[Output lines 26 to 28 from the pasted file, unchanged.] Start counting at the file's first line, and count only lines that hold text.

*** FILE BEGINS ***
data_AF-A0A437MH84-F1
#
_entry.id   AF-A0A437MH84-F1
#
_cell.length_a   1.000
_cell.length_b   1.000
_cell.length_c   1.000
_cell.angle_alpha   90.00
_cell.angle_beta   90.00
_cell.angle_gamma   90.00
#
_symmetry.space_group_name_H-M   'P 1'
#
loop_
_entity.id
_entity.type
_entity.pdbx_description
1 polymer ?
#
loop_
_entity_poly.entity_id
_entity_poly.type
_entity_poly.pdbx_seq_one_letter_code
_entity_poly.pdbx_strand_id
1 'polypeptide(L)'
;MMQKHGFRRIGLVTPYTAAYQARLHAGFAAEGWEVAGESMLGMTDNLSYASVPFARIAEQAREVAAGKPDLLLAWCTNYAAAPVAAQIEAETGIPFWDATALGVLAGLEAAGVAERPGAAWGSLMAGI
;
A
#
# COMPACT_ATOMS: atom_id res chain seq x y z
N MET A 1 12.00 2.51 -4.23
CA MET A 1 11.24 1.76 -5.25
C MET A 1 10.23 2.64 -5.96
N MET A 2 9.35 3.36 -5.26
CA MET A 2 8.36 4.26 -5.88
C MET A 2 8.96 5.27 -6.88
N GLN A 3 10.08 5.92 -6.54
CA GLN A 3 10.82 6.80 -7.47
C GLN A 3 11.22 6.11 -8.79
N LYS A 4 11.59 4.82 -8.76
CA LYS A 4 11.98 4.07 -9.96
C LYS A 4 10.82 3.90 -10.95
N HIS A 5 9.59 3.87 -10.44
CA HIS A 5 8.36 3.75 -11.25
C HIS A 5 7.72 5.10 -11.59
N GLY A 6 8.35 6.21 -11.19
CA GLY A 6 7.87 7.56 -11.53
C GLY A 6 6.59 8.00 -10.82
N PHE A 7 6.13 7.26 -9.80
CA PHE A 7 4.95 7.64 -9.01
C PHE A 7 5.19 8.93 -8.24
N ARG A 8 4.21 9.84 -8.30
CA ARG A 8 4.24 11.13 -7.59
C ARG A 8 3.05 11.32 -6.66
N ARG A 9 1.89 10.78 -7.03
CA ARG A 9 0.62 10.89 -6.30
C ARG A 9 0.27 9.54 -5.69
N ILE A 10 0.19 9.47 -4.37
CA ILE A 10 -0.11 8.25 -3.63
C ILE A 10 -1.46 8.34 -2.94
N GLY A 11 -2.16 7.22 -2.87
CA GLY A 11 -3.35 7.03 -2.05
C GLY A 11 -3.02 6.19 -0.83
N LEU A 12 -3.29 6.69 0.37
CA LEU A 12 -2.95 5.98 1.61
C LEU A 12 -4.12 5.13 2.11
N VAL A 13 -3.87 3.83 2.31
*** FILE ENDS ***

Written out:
;MMQKHGFRRIGLVTPYTAAYQARLHAGFAAEGWEVAGESMLGMTDNLSYASVPFARIAEQAREVAAGKPDLLLAWCTNYAAAPVAAQIEAETGIPFWDATALGVLAGLEAAGVAERPGAAWGSLMAGI
;
A